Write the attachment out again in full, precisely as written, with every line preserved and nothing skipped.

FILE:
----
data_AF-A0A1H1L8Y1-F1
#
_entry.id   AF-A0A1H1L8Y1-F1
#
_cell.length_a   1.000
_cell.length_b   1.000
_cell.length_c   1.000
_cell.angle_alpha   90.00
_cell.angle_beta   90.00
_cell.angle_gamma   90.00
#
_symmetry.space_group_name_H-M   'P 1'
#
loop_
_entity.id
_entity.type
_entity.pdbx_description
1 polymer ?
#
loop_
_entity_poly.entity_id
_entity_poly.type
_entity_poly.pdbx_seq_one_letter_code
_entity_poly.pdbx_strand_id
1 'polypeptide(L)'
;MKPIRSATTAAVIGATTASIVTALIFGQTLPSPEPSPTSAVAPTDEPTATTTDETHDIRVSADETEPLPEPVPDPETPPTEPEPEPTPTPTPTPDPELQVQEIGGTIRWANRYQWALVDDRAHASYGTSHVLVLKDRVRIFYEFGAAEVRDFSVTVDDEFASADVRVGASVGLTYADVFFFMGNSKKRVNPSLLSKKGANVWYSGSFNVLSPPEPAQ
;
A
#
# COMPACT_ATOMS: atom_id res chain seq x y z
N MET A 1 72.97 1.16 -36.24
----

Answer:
data_AF-A0A1H1L8Y1-F1
#
_entry.id   AF-A0A1H1L8Y1-F1
#
_cell.length_a   1.000
_cell.length_b   1.000
_cell.length_c   1.000
_cell.angle_alpha   90.00
_cell.angle_beta   90.00
_cell.angle_gamma   90.00
#
_symmetry.space_group_name_H-M   'P 1'
#
loop_
_entity.id
_entity.type
_entity.pdbx_description
1 polymer ?
#
loop_
_entity_poly.entity_id
_entity_poly.type
_entity_poly.pdbx_seq_one_letter_code
_entity_poly.pdbx_strand_id
1 'polypeptide(L)'
;MKPIRSATTAAVIGATTASIVTALIFGQTLPSPEPSPTSAVAPTDEPTATTTDETHDIRVSADETEPLPEPVPDPETPPTEPEPEPTPTPTPTPDPELQVQEIGGTIRWANRYQWALVDDRAHASYGTSHVLVLKDRVRIFYEFGAAEVRDFSVTVDDEFASADVRVGASVGLTYADVFFFMGNSKKRVNPSLLSKKGANVWYSGSFNVLSPPEPAQ
;
A
#
# COMPACT_ATOMS: atom_id res chain seq x y z
N MET A 1 72.97 1.16 -36.24